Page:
After protest from Ottawa, ambassador says IRS will institute new rules that will waive penalties for people filing late. Americans living in Canada who've neglected to pay their U.S. taxes are getting a big break from Uncle Sam.
The U.S. Internal Revenue Service is poised to waive potentially massive penalties for Americans who agree to come clean and don't owe any taxes, The Globe and Mail has learned.
The new rules will be announced within weeks by the IRS, according to David Jacobson, the U.S. Ambassador to Canada, who has been swamped with complaints from anxious Canadians.
The policy shift will come in the form of new guidance from the IRS, expected to be issued before the end of December. U.S. officials said the statement will make it clear that:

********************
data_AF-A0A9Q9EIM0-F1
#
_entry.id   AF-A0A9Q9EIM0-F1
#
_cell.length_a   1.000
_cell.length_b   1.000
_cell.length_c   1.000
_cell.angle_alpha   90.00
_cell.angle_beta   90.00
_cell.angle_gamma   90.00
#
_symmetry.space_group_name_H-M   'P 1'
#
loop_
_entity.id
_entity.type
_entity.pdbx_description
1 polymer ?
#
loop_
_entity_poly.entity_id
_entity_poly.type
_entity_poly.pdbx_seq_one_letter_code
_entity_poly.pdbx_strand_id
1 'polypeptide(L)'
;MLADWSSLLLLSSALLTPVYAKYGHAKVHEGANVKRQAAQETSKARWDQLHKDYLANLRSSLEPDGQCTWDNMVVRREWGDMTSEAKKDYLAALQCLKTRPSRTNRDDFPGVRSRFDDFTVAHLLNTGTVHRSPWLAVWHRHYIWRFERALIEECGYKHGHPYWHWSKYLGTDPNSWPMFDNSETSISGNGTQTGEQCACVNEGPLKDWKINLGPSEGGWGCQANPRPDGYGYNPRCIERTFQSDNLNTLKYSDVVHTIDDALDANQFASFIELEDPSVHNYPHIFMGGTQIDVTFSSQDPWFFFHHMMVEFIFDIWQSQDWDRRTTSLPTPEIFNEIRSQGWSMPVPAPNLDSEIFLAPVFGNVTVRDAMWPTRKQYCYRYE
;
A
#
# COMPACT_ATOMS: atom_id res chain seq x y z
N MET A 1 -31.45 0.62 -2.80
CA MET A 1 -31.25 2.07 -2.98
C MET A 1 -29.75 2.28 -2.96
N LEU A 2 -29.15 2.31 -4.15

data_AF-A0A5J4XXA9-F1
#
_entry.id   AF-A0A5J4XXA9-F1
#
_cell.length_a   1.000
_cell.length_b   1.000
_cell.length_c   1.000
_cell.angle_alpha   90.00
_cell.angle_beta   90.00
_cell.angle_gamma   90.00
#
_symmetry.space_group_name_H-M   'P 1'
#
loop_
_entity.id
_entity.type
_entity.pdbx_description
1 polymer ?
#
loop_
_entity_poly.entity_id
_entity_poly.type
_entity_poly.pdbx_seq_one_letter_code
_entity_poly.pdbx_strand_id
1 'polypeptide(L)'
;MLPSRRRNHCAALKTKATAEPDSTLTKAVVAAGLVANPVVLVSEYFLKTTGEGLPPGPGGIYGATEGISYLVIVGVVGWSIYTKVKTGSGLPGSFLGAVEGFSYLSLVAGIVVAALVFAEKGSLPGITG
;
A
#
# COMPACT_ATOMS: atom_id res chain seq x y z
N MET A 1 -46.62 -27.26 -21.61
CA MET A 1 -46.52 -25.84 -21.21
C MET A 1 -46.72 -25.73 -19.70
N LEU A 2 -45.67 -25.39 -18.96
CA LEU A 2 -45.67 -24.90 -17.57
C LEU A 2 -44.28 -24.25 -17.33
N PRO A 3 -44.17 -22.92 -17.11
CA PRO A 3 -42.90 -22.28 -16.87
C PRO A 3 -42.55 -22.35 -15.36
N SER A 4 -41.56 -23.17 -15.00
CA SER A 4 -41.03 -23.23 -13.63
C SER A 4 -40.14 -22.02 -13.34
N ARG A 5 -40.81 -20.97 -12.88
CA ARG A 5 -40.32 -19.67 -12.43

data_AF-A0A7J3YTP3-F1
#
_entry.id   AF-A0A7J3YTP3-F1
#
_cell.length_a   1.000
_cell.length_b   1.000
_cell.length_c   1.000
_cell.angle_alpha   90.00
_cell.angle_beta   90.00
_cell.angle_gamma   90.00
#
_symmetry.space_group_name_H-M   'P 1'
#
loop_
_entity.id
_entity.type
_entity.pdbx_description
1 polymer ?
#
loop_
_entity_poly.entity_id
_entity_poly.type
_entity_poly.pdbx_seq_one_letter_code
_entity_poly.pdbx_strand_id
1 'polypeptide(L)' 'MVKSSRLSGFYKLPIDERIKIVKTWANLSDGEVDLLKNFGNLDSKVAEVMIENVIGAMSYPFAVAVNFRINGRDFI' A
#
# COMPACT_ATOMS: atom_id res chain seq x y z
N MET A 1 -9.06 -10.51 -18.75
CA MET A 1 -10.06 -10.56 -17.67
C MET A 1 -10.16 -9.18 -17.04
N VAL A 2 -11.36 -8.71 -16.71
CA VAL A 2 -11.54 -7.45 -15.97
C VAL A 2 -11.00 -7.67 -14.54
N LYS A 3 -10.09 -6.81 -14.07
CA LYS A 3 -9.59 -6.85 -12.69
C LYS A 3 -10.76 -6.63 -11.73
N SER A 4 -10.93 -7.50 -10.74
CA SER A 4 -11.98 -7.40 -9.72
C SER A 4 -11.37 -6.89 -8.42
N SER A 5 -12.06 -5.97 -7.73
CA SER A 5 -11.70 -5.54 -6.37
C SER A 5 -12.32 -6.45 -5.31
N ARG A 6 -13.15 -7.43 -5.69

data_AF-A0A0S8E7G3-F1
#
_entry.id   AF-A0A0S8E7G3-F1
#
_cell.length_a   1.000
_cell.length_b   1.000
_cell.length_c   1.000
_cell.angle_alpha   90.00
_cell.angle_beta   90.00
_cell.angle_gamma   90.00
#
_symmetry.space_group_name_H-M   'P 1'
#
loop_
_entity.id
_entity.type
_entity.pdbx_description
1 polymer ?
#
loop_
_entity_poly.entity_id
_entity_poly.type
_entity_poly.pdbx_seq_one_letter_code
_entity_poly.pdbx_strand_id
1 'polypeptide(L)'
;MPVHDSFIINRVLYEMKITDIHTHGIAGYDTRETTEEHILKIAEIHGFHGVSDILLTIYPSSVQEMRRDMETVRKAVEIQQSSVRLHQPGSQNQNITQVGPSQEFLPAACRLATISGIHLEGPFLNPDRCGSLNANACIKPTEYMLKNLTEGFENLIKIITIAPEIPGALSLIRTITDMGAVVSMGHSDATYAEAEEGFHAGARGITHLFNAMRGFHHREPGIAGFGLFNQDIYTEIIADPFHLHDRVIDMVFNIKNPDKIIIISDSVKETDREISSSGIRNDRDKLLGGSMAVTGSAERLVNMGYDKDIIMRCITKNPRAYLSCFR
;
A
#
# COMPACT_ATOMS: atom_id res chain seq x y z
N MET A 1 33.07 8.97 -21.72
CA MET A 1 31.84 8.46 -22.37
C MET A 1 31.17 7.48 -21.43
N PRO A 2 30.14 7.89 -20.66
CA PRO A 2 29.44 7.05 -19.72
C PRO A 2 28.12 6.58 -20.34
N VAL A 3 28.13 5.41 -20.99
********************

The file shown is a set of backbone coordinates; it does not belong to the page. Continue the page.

- If a U.S. citizen files tax returns late and owes no taxes, there are no penalties for failure to file.
- U.S. citizens who were unaware of the bank account reporting requirement can file previous reports now, along with a statement explaining why they're late. No penalty will be imposed if the IRS determines that there is reasonable cause.
- Individuals who took part in earlier amnesty programs this year and in 2009 can reapply and get back penalties already paid.
U.S. officials would also not say what would happen to people who owe relatively small amounts to the IRS.
The change doe not address the concerns of Canadian financial institutions, which complain they'll face massive costs trying to track all their U.S. account holders. The new U.S. bank reporting rules, slated to come in 2014, could violate Canadian privacy laws.